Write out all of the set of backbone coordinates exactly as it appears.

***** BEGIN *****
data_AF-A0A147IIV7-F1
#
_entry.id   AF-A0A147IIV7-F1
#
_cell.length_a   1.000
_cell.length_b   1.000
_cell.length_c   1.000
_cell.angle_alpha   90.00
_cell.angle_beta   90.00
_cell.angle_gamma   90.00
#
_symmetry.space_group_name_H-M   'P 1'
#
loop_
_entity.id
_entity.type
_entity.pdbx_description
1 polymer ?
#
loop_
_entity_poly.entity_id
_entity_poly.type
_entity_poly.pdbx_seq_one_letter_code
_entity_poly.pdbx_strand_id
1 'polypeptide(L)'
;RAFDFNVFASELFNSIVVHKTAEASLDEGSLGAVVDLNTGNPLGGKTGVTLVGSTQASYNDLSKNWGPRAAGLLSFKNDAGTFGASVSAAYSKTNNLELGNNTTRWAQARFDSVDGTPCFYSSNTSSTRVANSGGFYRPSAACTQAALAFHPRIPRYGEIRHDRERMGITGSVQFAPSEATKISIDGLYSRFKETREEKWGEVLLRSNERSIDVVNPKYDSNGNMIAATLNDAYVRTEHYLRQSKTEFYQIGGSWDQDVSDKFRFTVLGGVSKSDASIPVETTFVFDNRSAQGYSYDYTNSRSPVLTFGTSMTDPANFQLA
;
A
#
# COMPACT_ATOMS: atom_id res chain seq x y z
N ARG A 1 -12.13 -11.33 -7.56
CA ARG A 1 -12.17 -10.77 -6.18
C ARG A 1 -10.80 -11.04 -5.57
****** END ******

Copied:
data_AF-A0A147IIV7-F1
#
_entry.id   AF-A0A147IIV7-F1
#
_cell.length_a   1.000
_cell.length_b   1.000
_cell.length_c   1.000
_cell.angle_alpha   90.00
_cell.angle_beta   90.00
_cell.angle_gamma   90.00
#
_symmetry.space_group_name_H-M   'P 1'
#
loop_
_entity.id
_entity.type
_entity.pdbx_description
1 polymer ?
#
loop_
_entity_poly.entity_id
_entity_poly.type
_entity_poly.pdbx_seq_one_letter_code
_entity_poly.pdbx_strand_id
1 'polypeptide(L)'
;RAFDFNVFASELFNSIVVHKTAEASLDEGSLGAVVDLNTGNPLGGKTGVTLVGSTQASYNDLSKNWGPRAAGLLSFKNDAGTFGASVSAAYSKTNNLELGNNTTRWAQARFDSVDGTPCFYSSNTSSTRVANSGGFYRPSAACTQAALAFHPRIPRYGEIRHDRERMGITGSVQFAPSEATKISIDGLYSRFKETREEKWGEVLLRSNERSIDVVNPKYDSNGNMIAATLNDAYVRTEHYLRQSKTEFYQIGGSWDQDVSDKFRFTVLGGVSKSDASIPVETTFVFDNRSAQGYSYDYTNSRSPVLTFGTSMTDPANFQLA
;
A
#
# COMPACT_ATOMS: atom_id res chain seq x y z
N ARG A 1 -12.13 -11.33 -7.56
CA ARG A 1 -12.17 -10.77 -6.18
C ARG A 1 -10.80 -11.04 -5.57